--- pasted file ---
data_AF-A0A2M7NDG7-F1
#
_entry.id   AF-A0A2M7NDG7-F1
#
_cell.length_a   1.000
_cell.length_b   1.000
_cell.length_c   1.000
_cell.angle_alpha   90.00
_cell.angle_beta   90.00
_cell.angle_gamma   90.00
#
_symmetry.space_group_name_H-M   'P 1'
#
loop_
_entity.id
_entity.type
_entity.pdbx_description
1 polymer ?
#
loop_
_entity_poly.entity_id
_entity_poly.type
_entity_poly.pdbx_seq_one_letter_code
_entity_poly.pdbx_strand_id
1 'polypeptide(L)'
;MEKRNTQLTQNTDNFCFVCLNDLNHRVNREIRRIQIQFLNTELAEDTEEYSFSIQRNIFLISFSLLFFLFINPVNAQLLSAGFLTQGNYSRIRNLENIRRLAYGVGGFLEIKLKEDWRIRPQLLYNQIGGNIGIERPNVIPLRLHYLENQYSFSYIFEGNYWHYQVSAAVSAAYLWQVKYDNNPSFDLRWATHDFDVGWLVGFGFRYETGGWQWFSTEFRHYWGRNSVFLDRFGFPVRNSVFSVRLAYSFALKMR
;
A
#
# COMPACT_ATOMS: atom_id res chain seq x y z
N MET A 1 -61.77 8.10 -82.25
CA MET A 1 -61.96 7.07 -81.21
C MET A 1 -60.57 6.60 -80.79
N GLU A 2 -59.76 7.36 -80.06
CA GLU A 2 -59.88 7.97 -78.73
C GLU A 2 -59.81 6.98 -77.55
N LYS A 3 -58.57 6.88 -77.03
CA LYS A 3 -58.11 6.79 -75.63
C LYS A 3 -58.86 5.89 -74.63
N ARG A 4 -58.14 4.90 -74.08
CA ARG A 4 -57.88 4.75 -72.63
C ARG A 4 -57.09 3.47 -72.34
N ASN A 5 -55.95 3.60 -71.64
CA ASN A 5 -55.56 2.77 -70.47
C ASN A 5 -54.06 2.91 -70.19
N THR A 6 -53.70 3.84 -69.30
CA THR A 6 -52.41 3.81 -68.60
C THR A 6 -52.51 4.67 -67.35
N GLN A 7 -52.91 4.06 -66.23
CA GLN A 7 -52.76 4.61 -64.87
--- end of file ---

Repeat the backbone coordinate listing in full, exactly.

data_AF-A0A2M7NDG7-F1
#
_entry.id   AF-A0A2M7NDG7-F1
#
_cell.length_a   1.000
_cell.length_b   1.000
_cell.length_c   1.000
_cell.angle_alpha   90.00
_cell.angle_beta   90.00
_cell.angle_gamma   90.00
#
_symmetry.space_group_name_H-M   'P 1'
#
loop_
_entity.id
_entity.type
_entity.pdbx_description
1 polymer ?
#
loop_
_entity_poly.entity_id
_entity_poly.type
_entity_poly.pdbx_seq_one_letter_code
_entity_poly.pdbx_strand_id
1 'polypeptide(L)'
;MEKRNTQLTQNTDNFCFVCLNDLNHRVNREIRRIQIQFLNTELAEDTEEYSFSIQRNIFLISFSLLFFLFINPVNAQLLSAGFLTQGNYSRIRNLENIRRLAYGVGGFLEIKLKEDWRIRPQLLYNQIGGNIGIERPNVIPLRLHYLENQYSFSYIFEGNYWHYQVSAAVSAAYLWQVKYDNNPSFDLRWATHDFDVGWLVGFGFRYETGGWQWFSTEFRHYWGRNSVFLDRFGFPVRNSVFSVRLAYSFALKMR
;
A
#
# COMPACT_ATOMS: atom_id res chain seq x y z
N MET A 1 -61.77 8.10 -82.25
CA MET A 1 -61.96 7.07 -81.21
C MET A 1 -60.57 6.60 -80.79
N GLU A 2 -59.76 7.36 -80.06
CA GLU A 2 -59.88 7.97 -78.73
C GLU A 2 -59.81 6.98 -77.55
N LYS A 3 -58.57 6.88 -77.03
CA LYS A 3 -58.11 6.79 -75.63
C LYS A 3 -58.86 5.89 -74.63
N ARG A 4 -58.14 4.90 -74.08
CA ARG A 4 -57.88 4.75 -72.63
C ARG A 4 -57.09 3.47 -72.34
N ASN A 5 -55.95 3.60 -71.64
CA ASN A 5 -55.56 2.77 -70.47
C ASN A 5 -54.06 2.91 -70.19
N THR A 6 -53.70 3.84 -69.30
CA THR A 6 -52.41 3.81 -68.60
C THR A 6 -52.51 4.67 -67.35
N GLN A 7 -52.91 4.06 -66.23
CA GLN A 7 -52.76 4.61 -64.87